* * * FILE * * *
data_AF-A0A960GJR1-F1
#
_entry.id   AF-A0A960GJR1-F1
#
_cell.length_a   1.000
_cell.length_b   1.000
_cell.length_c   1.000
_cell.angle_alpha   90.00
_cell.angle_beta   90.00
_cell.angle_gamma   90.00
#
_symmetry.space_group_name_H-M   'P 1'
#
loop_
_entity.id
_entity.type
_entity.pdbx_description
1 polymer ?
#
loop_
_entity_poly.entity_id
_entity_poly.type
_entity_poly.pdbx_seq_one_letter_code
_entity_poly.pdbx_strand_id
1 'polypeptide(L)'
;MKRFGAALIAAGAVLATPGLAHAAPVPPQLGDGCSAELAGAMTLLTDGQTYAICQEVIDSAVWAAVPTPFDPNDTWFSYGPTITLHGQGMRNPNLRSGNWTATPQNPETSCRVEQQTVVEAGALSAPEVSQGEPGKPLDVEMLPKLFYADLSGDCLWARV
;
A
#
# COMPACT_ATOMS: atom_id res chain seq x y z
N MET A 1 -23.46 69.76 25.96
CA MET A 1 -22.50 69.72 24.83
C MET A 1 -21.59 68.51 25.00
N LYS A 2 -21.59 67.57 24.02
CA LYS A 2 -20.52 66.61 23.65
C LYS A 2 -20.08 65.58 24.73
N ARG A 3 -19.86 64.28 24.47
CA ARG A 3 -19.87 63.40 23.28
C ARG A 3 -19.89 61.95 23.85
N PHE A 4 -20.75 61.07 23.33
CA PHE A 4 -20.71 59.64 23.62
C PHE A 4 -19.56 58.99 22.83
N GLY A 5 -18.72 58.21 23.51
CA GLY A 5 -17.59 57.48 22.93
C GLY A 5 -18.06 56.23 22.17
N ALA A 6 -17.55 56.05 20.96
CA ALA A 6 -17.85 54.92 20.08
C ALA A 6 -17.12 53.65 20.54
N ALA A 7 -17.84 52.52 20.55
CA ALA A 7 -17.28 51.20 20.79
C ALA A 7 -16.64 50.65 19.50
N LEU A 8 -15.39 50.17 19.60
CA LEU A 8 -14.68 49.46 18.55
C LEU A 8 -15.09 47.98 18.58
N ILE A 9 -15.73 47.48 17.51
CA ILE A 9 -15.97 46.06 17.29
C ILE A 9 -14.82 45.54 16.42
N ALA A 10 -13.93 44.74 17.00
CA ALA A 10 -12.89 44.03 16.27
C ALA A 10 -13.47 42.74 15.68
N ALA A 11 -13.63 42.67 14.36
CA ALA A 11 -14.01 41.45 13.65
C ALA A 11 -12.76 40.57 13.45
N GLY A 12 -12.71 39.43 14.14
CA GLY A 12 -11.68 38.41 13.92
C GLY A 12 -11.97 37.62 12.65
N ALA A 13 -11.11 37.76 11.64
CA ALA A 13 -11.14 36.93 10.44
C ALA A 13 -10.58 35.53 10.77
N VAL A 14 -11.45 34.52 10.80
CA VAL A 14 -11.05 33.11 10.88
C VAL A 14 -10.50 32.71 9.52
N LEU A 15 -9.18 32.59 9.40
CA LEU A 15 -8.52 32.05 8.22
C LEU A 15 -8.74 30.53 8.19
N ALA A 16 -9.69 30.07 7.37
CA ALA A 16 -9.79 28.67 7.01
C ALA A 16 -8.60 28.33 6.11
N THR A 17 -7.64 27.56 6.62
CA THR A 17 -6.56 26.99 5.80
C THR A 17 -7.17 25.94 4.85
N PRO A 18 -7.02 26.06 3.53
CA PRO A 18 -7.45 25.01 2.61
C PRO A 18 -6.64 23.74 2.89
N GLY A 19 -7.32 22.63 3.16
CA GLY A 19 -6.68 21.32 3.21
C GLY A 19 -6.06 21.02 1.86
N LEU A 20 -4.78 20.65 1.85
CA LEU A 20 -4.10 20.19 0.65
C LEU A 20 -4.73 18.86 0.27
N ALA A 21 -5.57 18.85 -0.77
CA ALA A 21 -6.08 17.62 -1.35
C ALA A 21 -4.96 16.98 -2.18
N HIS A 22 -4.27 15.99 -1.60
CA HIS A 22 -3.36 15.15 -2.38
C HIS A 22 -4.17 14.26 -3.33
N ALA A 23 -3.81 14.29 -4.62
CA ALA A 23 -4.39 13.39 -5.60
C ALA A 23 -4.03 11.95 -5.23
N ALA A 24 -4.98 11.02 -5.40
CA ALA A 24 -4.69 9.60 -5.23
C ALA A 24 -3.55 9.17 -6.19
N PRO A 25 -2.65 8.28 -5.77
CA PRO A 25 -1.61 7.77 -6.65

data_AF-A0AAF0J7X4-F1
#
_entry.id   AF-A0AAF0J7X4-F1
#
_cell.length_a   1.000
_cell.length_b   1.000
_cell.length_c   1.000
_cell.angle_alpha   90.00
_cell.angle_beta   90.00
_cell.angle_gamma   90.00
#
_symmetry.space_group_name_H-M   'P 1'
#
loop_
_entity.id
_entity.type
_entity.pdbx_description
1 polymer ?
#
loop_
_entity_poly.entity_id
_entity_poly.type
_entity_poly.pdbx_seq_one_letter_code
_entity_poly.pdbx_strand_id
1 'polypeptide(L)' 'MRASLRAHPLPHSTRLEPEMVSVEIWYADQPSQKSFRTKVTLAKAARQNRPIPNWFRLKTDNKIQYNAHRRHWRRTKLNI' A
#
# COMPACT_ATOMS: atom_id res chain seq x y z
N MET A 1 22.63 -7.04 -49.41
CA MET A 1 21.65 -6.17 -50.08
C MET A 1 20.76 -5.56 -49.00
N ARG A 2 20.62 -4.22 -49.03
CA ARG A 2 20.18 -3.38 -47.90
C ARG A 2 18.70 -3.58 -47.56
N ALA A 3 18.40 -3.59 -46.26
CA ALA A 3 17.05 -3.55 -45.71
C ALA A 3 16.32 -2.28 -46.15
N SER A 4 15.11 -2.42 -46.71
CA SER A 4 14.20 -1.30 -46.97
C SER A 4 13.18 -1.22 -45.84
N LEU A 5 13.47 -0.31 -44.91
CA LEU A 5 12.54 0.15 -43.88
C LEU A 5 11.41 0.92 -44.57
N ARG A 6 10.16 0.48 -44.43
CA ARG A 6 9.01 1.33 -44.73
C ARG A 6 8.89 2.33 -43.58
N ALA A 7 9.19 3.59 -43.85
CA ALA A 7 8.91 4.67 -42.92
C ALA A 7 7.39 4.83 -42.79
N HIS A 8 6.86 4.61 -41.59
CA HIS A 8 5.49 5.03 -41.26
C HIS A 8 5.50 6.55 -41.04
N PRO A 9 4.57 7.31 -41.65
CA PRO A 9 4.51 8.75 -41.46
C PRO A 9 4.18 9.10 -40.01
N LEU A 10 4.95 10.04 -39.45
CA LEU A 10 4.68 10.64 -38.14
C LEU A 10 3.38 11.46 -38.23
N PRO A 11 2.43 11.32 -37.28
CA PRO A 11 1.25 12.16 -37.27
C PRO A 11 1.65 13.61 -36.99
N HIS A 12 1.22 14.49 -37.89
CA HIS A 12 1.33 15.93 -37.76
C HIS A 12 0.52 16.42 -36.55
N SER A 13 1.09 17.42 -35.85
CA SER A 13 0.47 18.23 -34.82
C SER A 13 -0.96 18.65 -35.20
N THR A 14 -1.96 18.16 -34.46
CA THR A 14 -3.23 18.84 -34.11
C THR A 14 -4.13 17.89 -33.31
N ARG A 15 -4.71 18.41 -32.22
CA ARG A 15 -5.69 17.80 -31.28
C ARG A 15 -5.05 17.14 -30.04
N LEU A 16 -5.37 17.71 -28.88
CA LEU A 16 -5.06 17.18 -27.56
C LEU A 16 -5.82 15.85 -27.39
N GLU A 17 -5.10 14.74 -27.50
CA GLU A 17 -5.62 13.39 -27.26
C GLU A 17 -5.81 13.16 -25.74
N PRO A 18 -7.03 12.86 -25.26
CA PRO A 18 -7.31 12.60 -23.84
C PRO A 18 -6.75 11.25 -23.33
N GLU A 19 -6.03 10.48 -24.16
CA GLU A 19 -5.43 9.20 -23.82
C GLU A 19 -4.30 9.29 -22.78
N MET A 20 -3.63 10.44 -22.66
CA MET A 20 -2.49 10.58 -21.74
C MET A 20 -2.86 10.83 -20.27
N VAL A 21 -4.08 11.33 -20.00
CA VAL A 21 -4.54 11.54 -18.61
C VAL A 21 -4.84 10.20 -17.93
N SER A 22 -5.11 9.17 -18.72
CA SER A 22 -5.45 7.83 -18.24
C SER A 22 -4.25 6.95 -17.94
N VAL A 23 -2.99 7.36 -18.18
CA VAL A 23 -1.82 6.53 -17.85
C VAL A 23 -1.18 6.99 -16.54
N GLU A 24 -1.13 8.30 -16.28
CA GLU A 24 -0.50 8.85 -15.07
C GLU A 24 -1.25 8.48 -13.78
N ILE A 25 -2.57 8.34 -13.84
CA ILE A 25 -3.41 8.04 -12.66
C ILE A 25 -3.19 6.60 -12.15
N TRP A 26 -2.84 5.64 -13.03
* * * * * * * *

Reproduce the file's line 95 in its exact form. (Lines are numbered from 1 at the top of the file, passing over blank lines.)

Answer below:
CA HIS A 22 -3.36 15.15 -2.38